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Weight loss surgery may cut death risks for obese diabetic patients

Weight loss surgery cut the risk of heart attacks, strokes and death in obese diabetic patients, study finds

  • Obese diabetic patients who underwent bariatric surgery were 35 percent less likely to have cardiovascular problems after the operations 
  • They also lost an average of about 64 pounds while those who didn’t have the surgery lost about 19 pounds, on average 
  • Patients who had surgery had better blood sugar levels and were able to take lower doses of diabetes and heart medications afterward 

Weight loss surgery may reduce the risk of heart attacks, strokes and death in obese diabetic patients, a new study finds. 

Those with type 2 diabetes were 35 percent less likely to experience cardiovascular problems after undergoing the procedure.   

Patients also lost more weight, controlled their diabetes better and reduced the amount of medication they took. 

The team, from the Cleveland Clinic in Ohio, says that although the procedure is costly – which may cost up to $25,000 – their study results show huge potential benefits, so long as patients continue to take advantage of the results.

A new study has found that obese diabetic patients who undergo bariatric surgery are 35 percent less likely to experience cardiovascular problems than those who don’t (file image)

For the study, published in Journal of the American Medical Association, the team tracked about 2,300 obese adults with type 2 diabetes who underwent various types of bariatric surgery and around 11,500 adults who did not have surgery.   

Bariatric surgeries are weight loss procedures that either reduce the amount of food the stomach can hold, limit nutrient absorption, or both.

They are typically performed after those with severe weight problems have tried to lose weight through dieting and/or exercise.   

According to the National Institute of Diabetes and Digestive and Kidney Diseases, the procedures can cost anywhere between $20,000 and $25,000. 

Everyone in the study had a body mass index above 30, and most had a BMI above 40.   

They also were taking at least one medication for diabetes or had a glycated hemoglobin (HbA1c) level of 6.5 percent or more, indicating poor control of their blood sugar levels.

Patients who had surgery lost an average of about 64 pounds while control group patients lost about 19 pounds, on average 

Additionally, eight years after the study began, a first-time major cardiovascular event had occurred in 31 percent of people who had surgery and in 48 percent of those who didn’t.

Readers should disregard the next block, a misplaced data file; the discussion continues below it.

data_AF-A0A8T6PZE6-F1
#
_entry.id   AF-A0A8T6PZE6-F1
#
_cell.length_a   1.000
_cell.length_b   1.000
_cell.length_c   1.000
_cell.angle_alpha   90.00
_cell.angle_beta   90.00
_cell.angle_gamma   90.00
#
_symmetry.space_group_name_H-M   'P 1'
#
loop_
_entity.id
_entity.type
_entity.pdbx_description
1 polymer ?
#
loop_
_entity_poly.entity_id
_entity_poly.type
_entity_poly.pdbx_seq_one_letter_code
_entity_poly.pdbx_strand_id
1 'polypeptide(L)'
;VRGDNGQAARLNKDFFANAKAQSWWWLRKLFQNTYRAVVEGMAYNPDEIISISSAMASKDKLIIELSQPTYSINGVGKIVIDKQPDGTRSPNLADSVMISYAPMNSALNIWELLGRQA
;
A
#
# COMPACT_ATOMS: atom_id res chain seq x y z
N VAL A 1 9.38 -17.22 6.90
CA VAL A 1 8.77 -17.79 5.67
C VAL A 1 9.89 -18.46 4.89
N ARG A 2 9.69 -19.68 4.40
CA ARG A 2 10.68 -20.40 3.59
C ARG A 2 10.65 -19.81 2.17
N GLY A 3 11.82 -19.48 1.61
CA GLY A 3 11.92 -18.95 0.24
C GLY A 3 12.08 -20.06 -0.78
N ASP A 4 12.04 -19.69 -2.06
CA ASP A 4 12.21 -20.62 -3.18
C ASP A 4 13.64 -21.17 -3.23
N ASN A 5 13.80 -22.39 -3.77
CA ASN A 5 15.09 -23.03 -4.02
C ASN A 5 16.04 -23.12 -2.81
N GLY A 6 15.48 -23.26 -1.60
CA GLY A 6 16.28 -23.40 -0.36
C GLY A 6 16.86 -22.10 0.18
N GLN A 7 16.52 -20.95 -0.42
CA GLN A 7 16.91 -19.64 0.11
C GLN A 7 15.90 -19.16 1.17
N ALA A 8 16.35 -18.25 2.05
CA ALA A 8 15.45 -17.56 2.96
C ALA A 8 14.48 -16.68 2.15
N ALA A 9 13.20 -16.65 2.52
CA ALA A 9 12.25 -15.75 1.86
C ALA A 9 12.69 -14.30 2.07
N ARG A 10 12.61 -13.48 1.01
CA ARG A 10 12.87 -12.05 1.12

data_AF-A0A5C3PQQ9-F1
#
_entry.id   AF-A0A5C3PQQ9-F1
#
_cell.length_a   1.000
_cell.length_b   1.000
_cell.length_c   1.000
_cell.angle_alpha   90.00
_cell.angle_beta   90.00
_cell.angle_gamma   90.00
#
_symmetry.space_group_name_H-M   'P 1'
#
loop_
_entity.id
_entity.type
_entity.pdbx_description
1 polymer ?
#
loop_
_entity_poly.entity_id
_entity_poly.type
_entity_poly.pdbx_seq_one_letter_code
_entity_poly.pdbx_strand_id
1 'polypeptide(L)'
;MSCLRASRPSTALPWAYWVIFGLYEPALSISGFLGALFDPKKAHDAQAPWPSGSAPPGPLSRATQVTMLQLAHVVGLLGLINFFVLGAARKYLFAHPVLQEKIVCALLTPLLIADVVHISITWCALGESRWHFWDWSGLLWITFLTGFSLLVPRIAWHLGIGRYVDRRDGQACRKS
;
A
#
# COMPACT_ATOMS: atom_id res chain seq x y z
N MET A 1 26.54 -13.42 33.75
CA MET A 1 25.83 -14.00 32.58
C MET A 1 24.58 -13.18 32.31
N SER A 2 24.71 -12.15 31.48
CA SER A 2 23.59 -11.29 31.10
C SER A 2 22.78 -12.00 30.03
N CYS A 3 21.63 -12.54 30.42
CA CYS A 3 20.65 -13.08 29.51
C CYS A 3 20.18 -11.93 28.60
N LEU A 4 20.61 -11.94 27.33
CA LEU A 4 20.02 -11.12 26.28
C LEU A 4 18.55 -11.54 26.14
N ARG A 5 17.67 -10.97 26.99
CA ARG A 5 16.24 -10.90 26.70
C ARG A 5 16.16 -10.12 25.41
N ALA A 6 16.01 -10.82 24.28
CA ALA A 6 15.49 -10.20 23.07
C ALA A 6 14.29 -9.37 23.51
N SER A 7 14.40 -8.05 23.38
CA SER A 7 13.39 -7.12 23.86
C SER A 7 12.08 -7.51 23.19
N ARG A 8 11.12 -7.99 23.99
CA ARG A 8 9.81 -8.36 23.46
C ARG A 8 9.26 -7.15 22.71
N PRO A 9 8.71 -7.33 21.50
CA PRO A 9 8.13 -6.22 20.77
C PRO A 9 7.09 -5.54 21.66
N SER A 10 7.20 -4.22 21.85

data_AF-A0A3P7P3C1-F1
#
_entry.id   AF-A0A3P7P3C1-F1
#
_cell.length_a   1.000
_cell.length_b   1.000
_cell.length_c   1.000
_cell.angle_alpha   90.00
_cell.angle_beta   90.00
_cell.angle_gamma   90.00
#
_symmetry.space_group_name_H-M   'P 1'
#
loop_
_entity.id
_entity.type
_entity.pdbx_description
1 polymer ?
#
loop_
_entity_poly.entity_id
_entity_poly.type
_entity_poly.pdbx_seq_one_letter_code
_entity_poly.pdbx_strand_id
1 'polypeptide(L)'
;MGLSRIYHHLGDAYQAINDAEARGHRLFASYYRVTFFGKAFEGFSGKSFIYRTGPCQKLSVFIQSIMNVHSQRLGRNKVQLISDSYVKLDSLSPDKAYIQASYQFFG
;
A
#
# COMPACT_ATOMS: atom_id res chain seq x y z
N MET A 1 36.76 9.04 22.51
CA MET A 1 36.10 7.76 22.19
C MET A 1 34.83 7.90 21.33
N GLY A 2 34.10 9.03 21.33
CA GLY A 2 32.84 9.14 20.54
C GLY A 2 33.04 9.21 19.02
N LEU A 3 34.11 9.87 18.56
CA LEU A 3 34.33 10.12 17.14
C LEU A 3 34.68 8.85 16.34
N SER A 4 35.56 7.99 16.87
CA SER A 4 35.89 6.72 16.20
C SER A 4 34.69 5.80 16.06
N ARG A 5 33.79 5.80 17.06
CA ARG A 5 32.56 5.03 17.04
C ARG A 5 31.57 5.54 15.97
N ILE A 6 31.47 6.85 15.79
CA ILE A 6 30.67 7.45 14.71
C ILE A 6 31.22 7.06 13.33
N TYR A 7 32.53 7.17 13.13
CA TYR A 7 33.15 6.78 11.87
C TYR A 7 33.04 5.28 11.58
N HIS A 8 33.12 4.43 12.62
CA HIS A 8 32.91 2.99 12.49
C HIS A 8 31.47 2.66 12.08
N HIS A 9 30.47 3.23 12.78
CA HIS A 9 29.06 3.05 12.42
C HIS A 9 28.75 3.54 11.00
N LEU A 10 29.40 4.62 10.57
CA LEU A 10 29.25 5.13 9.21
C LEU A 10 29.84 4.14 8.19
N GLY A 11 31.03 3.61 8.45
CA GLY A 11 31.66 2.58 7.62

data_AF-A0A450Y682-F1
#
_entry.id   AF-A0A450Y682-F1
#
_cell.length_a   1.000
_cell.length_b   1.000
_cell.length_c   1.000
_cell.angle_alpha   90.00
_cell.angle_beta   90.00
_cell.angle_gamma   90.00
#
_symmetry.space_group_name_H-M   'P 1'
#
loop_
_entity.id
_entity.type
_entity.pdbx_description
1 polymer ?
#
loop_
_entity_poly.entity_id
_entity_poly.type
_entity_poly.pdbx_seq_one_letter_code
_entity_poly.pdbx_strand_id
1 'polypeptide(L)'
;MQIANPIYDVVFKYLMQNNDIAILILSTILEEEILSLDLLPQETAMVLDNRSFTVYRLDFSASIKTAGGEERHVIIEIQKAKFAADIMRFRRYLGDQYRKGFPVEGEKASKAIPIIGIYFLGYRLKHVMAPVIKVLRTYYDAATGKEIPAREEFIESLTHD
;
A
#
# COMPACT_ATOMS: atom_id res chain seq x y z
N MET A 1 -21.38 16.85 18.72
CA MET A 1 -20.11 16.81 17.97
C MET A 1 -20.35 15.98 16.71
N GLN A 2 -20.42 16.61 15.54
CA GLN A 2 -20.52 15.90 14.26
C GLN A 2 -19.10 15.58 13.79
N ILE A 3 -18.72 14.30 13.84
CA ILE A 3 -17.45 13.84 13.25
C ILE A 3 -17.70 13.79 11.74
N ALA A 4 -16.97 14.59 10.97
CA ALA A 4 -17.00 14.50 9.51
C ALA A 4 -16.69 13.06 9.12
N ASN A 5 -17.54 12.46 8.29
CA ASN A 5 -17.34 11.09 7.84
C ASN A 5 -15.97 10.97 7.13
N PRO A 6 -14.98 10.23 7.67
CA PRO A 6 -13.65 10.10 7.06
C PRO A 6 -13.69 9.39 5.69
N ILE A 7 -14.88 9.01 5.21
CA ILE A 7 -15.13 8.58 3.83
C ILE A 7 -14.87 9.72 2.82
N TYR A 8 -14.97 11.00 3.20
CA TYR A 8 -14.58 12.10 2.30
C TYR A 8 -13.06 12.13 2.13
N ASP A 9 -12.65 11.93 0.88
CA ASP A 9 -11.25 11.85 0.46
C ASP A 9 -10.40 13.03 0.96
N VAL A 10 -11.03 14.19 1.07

It means that the obese diabetic patients were 35 percent less likely to experience cardiovascular problems. 

These events included heart attacks, heart stenting or heart surgery, strokes, an abnormal heart rhythm called atrial fibrillation, heart failure, kidney disease, and death from any cause.

Average HbA1c levels were 1.1 percent lower in the surgery group than in the control group by the end of the study, by which time surgery patients were also taking fewer diabetes and heart medications. 

‘[The study] demonstrated weight-loss surgery can significantly reduce the risk of [actual cardiovascular events] in patients with obesity and diabetes,’ lead author Dr Ali Aminian, a bariatric surgeon at Cleveland Clinic, told Reuters Health. 

Dr Aminian said he believes that for diabetic patients with obesity, bariatric surgery should be recommended as early as possible. 

‘It shouldn’t be seen as a last resort,’ he said.

Still, Dr Aminian and colleagues point out that an observational study such as this one can’t prove cause and effect. 

Other factors, aside from the surgery, might explain the results.

Endocrinologist Dr Jeffrey Mechanick, who was not involved in the research, said the study doesn’t say whether the non-surgical group received the most appropriate and aggressive medical therapy.

‘The study is retrospective, not prospective,’ said Dr Mechanick, medical director of the Marie-Josee and Henry R. Kravis Center for Cardiovascular Health at Mount Sinai Heart and Icahn School of Medicine at Mount Sinai in New York City. 

‘The reason we need a prospective study is because doctors would not normally suggest surgery for low-risk patients.’   

The authors also say the effectiveness of weight-loss surgery for patients with diabetes and obesity needs confirmation in randomized trials.

  

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